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PIRC report: Officers ‘tried in vain’ to calm down double killer before he jumped to his death
07 Dec 2017


Officers showed a "high degree of professionalism" in their response to a man who admitted attacking two people before throwing himself off a 12th-floor balcony, an investigation has revealed.

Four Police Scotland officers found Hugh Gallacher, 56, standing on the balcony with apparently blood-stained hands when they were called to an Aberdeen tower block in July last year after a woman was heard screaming.

The officers discovered Keith Taylor, 43, lying on a sofa in the living room. He had been stabbed and there was blood on his chest and face.

They saw Mr Gallacher in an agitated state on the balcony. He shouted to the officers that he was responsible for inflicting the injuries to Mr Taylor and Tracy Gabriel, 41, the resident of the flat. She was subsequently found on the balcony with stab wounds to her chest.

Two of the officers carried out cardiopulmonary resuscitation on Mr Taylor while the other two tried to calm Mr Gallacher and persuade him, over a three to four-minute period, to come back inside.

However, Mr Gallacher pointed to where a Ms Gabriel lay on the balcony and indicated he planned to jump, explaining that if he came back inside the flat he would be arrested.

He then told officers "If they're dead, I'm joining them", slammed the balcony window shut with such force that it jammed the window closed and jumped to his death.

The force treated the deaths of Mr Taylor and Ms Gabriel as murder.

The incident was referred to the Police Investigations and Review Commissioner (PIRC) by the Crown Office and Procurator Fiscal Service for investigation.

The inquiry focused on the circumstances surrounding the death of Mr Gallacher and in particular the interaction and conversation between him and the officers before his death.

Commissioner Kate Frame’s report concludes that the call to the force was “categorised correctly” and officers were dispatched to the scene within the required five minute timescale.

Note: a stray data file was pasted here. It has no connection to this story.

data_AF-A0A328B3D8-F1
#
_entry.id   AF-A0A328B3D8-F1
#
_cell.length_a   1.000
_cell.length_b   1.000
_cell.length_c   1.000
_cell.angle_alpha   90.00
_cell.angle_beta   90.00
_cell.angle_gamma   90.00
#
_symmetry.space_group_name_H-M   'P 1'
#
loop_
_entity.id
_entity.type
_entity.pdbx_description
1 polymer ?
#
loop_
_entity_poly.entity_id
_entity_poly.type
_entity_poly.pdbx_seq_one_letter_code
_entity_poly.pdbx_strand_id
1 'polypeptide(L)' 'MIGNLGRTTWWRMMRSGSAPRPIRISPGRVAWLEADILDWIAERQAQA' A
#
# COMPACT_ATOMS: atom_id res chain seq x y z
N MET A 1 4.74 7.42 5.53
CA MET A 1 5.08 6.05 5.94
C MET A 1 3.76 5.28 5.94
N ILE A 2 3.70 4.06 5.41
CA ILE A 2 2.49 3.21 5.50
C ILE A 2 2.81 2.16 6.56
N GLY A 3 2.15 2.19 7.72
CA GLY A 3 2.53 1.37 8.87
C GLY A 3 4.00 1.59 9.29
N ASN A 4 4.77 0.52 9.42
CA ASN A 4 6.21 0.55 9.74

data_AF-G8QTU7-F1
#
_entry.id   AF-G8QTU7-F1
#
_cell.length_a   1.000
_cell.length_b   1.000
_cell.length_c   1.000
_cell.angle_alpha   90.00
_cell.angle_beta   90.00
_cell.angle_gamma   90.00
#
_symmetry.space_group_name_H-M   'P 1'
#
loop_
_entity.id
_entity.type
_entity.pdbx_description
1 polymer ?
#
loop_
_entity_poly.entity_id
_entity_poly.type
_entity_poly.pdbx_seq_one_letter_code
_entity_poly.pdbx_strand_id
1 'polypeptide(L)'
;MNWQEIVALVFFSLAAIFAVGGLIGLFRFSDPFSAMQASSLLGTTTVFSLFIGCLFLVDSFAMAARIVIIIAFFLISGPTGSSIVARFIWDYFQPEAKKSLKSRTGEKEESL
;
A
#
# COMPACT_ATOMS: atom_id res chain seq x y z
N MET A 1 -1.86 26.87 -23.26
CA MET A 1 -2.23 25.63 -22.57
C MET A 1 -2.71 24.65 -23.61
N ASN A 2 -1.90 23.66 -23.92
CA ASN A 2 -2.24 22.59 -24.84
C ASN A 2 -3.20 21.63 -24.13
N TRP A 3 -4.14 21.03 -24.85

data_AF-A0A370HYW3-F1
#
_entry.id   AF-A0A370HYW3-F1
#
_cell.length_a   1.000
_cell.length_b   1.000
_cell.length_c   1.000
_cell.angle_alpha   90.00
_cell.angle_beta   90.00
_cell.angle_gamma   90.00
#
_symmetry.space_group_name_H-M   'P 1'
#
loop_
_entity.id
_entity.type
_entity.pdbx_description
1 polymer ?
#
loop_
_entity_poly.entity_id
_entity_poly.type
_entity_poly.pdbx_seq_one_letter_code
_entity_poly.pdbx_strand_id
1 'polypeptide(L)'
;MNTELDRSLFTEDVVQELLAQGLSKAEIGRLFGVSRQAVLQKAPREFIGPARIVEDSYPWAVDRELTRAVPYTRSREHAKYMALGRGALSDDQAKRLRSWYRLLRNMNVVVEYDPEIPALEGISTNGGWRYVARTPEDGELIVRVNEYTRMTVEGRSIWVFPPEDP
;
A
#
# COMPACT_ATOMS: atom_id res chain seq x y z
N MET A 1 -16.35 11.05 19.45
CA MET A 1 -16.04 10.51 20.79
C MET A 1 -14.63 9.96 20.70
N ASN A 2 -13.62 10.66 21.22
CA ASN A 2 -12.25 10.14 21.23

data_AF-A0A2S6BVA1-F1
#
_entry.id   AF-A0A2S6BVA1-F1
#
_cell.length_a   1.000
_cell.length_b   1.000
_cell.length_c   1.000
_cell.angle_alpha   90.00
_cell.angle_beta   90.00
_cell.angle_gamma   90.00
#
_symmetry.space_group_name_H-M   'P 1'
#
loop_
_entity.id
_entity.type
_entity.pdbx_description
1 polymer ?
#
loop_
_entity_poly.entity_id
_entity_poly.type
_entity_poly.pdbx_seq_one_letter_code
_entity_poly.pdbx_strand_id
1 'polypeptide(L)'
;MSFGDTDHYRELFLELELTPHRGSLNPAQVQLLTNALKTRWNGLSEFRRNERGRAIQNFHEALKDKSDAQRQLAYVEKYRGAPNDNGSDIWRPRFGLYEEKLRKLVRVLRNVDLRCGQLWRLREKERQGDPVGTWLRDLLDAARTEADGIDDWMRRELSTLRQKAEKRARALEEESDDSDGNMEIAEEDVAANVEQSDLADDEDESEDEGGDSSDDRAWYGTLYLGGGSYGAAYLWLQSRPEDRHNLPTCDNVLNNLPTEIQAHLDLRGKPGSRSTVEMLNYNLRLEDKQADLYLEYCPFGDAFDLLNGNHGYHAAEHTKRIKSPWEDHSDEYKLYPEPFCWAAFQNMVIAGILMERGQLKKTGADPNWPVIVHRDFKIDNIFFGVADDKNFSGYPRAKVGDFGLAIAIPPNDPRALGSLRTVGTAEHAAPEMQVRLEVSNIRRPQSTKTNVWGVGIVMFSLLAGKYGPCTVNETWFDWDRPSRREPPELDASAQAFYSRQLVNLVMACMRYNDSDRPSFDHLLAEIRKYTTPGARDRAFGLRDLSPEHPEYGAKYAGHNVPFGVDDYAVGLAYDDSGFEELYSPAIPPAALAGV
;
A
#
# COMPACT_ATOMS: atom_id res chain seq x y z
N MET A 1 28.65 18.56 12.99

“It is clear that officers attempted to persuade Hugh Gallacher to come back into the flat from the balcony but had limited opportunity to prevent him from completing his stated intention of suicide.

“They were confronted with very difficult circumstances but dealt with them appropriately and with a high degree of professionalism.”

As part of their enquiries, PIRC investigators interviewed and obtained statements from members of the public, police officers and staff. They also examined police statements, Command and Control logs, police reports, telephone and radio communications recordings, briefing papers, photographs and Police Standard Operating Procedures.

The Commissioner found that a sofa was positioned in front of the balcony door, preventing immediate access to the balcony.

The officers endeavoured over a three-minute period to engage with Mr Gallacher through an open window, tried to calm him and attempted to persuade him to move from the balcony back into the flat, she said.

Residents of the flats who witnessed the incident, state that there was no physical contact between the officers and Mr Gallacher; that no one was standing next to him when he went over the balcony; that he was screaming and shouting threats to kill himself and that the officers were calmly trying to diffuse the situation.

North east divisional commander Chief Superintendent Campbell Thomson said: “I acknowledge the outcome of this review by the commissioner into what was a completely tragic incident that deeply affected one of our local communities.

“In common with the PIRC review, I recognise the professionalism of our officers who attended at the time and the appropriateness of their actions when faced with an extremely challenging and difficult set of circumstances.

“Our thoughts continue to be with all those families involved.”



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